I was at around the 20 percent mark in “Marvel’s Spider-Man” for the PS4 when an emotional moment suddenly caught me off guard. It was here when I realized that this game has managed to achieve a unique balance of flawless combat and incredible graphics while also managing to have nuanced characters that I actually cared about more than I thought I would.
In less capable hands, a game that gives you the amount of freedom that Insomniac Games delivers here, a truly breathtaking open world playground, an entire recreation of New York City that you can explore to your hearts content, would end up frustrating you with story driven moments that break up the game, leaving you rolling your eyes at moments where you are “forced” to play as Peter Parker visiting Aunt May at work or as MJ as she investigates a lead.
But the strong motion captured performances and excellent voice acting makes all these characters refreshing, and I was just as engaged playing as Peter Parker as he works in the lab, pioneering breakthroughs in prosthetics for wounded soldiers for example, as I was swinging through the city looking for new missions to complete.
And oh is that web slinging gameplay engaging. The utter joy I experienced at running up the side of a building, somersaulting off the top and swinging away toward the horizon was palpable. The game nails this experience. I was a huge fan of 2004’s “Spider-Man 2” and I wish I could go back and show myself that a game like this would someday be possible!
I quickly became obsessed with making Spidey look as cool and effortless in his abilities as I could. It wasn’t enough to jump on to a rooftop and start punching a bunch of would-be armed robbers, you had to do this intervention in style. Swing in doing a backflip, unleash web bombs as you land that send the bad guys flying, stick to the nearest brick wall or scaffolding as you roundhouse kick the last guy — pausing only to take a selfie.
The combat that made Rocksteady’s Arkham games such an addictive and combo-tastic experience works just as well here. I think I actually enjoy the stealth approach more. Picking off each assailant one by one, tying them up in webbing and leaving them for the police to find never gets old!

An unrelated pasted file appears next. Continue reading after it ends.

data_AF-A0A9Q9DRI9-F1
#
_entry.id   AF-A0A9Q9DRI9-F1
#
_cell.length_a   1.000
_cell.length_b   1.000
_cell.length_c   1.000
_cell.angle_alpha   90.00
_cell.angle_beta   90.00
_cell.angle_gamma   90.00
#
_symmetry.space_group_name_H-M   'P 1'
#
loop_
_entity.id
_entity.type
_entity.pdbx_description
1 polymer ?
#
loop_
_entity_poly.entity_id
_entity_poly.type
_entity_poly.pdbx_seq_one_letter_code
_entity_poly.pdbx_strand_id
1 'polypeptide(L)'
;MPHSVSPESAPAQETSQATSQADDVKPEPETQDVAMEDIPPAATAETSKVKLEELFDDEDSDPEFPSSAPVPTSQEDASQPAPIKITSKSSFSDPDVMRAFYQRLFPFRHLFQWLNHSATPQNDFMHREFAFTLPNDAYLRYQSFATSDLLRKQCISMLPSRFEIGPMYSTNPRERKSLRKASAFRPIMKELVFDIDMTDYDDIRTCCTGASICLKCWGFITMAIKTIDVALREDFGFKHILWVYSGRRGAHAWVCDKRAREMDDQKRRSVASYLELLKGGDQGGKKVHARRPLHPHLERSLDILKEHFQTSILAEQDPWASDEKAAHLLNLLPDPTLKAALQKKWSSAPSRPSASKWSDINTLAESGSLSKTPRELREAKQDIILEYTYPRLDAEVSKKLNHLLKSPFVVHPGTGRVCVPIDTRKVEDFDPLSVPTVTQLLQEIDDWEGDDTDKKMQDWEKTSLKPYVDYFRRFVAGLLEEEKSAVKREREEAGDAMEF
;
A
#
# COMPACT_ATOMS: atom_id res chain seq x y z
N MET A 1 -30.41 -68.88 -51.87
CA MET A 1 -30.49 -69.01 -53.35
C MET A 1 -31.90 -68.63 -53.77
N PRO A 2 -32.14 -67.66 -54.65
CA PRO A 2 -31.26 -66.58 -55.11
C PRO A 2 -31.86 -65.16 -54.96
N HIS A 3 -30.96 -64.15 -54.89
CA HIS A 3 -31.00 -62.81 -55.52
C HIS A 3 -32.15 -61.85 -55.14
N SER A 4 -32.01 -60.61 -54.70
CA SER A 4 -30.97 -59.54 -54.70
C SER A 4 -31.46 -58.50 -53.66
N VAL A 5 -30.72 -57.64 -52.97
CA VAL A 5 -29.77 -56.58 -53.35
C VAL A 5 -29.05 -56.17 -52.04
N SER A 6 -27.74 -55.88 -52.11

Where the game suffers so far is inherent in the very nature of this type of game, the core of the open-world experience is something you’ve just played before. These tropes are decades old now and the cracks show. As great as the game is, you can’t help but notice the amount of “collect 80 backpacks” or “how many dozen transmitters can you turn on?” missions that will come at you.
Your mileage will vary depending on how big a Spiderman fan you are, but if you even remotely find him entertaining, I think the immersion and atmosphere absolutely sticks the landing and it will be a long time before you tire of web slinging.
But if you are burnt out on open-world games, this will do nothing to change that with old trends and repetitive patterns in otherwise engrossing boss fights and enemy encounters that all start to feel familiar. Happily for me, this is broken up by the thrill of moments where you really feel like a super hero, swinging toward Aunt May’s house for dinner I hear on the police scanner that there is an armed robbery, suspects have stolen a vehicle and police are in pursuit, changing course and intercepting these guys was exhilarating and the game is full of little moments like this that make it a classic!